While Orthodoxy has tended to a better vision, there is still too sharp a divide and, functionally, the monks exist as better Christians. Groups like the Moravians, in their brief radical existence, contest the notions implicit in these static categories. In someways, they heralded the kind of life Christians are to live, inadvertently drawing together common life in towns and cities towards the life lived in the Desert. Many Moravians revealed that it is possible to keep both sets together. Unlike many radical groups among the Reformed, the Moravians brought about a life in the Spirit that was very different than the kind of moral reform promised by the former groups.

This may sound harsh, but the Puritan vision was pretty abysmal. I am aware of some benefits to living within Puritan communities in comparison to the times. However, Puritan New England was more akin to the Medieval experiment, especially its fall into worldliness and subsequent lax adjustments, than unleashing the Gospel. Perhaps the Moravians use of Luther saved a collapse of the Gospel into moralizing social formation. But I digress.

However, if we view the monk as a particular vocation towards creative experimentation, perhaps there's still something necessary and beautiful about it. There's a contingency towards the order and particular arrangement, but we might group them into anchorites and cenobites. The former are those who live in near isolation, and the latter who live in small communities separated from larger society. Both have purposes.

The monk is not one who pursues a kind of perfection distinct from other Christians. Instead, he/she is taking a particular, and usually peculiar, road towards the virtue that the gospel calls us into. 

Those monks who isolated in the desert were those who sought to seriously understand themselves and combat the demons that afflicted them. All Christians prosper from those battles, and the wisdom that was revealed through them. These particular Christians engaged in a brutal kind of self-examination, humility before God, and spiritual warfare. We all profit from this.

Those monks who lived in separate communities have purchased, through their time and work, greater understanding in building and sustaining community. The lessons learned among fellow Christians is translated for Christians living in cities on how to be peace-makers. These lessons also help us learn to navigate all our relational networks, whether at work or at home. We all gain from this.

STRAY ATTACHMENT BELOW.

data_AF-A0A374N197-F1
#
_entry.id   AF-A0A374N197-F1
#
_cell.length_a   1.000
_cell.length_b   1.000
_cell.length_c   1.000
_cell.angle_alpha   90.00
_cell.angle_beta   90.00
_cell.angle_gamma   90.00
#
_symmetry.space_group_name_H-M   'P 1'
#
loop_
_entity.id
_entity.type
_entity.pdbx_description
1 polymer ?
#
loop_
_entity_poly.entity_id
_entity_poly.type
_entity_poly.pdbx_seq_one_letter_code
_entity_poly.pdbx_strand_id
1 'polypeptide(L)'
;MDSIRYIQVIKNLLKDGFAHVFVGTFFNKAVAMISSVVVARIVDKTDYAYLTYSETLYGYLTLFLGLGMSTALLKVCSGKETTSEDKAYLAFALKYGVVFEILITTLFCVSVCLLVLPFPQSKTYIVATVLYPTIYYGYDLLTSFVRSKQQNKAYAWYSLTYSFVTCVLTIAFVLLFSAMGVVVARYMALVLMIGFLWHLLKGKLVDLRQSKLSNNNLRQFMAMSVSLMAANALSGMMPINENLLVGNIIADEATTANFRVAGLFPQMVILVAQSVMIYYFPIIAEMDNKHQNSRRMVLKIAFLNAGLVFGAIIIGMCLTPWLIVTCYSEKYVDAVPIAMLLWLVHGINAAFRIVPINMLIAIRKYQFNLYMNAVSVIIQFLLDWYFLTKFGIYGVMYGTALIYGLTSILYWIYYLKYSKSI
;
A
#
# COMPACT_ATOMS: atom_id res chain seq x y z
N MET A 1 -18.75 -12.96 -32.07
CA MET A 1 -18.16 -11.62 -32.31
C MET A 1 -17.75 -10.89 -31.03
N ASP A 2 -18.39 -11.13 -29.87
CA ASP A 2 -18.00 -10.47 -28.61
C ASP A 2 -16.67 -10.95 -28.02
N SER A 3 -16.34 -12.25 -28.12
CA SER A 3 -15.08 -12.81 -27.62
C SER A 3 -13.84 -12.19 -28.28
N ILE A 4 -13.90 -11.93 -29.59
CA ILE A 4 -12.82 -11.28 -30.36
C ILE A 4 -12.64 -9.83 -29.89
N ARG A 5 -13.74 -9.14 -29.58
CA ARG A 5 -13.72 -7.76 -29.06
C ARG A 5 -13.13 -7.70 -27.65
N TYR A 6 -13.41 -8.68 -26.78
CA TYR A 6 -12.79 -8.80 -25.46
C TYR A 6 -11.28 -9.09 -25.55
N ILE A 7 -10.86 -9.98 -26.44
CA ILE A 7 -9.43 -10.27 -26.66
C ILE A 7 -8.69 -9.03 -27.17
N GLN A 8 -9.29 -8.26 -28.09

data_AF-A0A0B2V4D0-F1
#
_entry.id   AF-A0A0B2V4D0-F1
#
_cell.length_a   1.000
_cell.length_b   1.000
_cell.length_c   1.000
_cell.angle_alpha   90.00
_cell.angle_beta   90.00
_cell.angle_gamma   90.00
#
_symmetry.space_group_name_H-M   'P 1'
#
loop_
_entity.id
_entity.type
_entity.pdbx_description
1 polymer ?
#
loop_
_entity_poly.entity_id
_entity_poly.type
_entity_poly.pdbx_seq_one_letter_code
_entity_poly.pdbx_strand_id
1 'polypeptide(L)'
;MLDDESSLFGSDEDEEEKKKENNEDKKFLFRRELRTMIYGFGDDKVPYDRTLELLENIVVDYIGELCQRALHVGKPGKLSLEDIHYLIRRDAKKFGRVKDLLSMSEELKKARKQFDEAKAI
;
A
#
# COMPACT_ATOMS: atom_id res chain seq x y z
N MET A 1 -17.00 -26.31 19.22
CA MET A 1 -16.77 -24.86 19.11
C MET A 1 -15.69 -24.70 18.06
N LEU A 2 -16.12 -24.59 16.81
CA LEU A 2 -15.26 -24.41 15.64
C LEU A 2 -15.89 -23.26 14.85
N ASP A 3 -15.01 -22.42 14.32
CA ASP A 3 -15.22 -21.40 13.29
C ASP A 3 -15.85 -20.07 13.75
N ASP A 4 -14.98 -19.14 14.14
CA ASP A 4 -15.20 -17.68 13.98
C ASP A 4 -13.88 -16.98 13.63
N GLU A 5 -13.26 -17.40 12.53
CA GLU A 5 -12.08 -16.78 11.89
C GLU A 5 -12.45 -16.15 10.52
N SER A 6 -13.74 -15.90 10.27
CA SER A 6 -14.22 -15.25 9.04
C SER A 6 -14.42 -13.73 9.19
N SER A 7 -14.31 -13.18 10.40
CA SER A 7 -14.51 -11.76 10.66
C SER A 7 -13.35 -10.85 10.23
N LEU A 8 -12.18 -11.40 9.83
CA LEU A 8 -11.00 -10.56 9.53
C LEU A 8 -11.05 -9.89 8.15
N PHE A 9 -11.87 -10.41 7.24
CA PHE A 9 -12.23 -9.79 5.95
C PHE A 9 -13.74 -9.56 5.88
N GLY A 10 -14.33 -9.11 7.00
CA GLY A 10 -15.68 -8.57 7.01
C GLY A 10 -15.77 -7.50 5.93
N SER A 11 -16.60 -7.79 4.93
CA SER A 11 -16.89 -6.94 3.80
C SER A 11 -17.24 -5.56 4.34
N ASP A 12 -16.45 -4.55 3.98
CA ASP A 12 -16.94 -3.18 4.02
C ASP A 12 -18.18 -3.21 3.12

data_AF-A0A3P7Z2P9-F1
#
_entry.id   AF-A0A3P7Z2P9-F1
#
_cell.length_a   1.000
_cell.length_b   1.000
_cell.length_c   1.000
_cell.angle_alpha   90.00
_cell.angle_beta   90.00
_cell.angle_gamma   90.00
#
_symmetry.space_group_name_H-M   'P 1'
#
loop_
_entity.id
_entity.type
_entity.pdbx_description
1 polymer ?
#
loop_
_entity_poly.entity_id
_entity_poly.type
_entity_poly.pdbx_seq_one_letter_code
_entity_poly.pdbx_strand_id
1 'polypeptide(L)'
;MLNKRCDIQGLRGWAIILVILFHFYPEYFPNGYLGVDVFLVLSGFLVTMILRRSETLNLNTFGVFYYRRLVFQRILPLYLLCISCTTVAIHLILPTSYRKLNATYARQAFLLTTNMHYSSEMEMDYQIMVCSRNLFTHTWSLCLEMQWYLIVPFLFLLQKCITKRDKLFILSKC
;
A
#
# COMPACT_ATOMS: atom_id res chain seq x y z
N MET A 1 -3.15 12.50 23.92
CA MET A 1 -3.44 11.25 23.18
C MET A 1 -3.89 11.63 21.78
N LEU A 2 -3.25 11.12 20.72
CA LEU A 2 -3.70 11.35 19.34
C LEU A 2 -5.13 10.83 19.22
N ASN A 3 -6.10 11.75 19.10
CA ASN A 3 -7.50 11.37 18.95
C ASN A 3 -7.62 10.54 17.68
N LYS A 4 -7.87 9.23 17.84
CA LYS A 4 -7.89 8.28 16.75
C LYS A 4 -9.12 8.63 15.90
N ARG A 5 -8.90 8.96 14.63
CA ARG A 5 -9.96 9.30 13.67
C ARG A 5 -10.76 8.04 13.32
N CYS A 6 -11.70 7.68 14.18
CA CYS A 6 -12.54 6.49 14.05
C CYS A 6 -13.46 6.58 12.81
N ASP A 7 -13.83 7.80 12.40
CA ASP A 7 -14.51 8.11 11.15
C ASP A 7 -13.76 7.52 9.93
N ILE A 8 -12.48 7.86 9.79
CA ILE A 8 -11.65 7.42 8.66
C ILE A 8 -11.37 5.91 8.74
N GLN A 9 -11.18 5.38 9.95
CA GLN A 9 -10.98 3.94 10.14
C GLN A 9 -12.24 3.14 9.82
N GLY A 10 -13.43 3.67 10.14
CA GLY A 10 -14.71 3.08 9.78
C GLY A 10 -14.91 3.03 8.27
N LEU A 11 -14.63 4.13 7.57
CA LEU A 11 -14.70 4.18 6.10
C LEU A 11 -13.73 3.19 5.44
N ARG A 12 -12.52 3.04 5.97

So, perhaps the term "monk" is a stupid one. It connotes a kind of categorical difference between the "others". But, then again, those who engage in the above kinds of life have given themselves to something different. They are like the Scouts of Israel, telling all what they see in the Promise Land. Indeed, some return with absurd stories, but there are those (like Caleb) who bring the unadulterated truth. If there is a difference, it is only in that.

In this kind of definition, "monasticism" is a more wide term then many might expect. My last year in undergrad might be termed a particular kind of monastic living, as we lived communally (relatively) and the shared space brought about strange growth and challenges (8-9 of us lived in one large apartment). Like cenobitic communities of old, our living arrangement provided a kind of oasis from the alienation that can dominate college life.

Of course, this wider definition helpfully challenges the arrogance of prestige found within organizations that declare themselves "better". As per most arrangements in life, the monastic disciplines begin and end in contingent ways. They are not ontologically real in the same way that the Church is, but represent parts and fragments of such a catholic entity.

Hopefully this redeems the vision of the monk for those of you who are Protestant and/or wary of these kinds of things.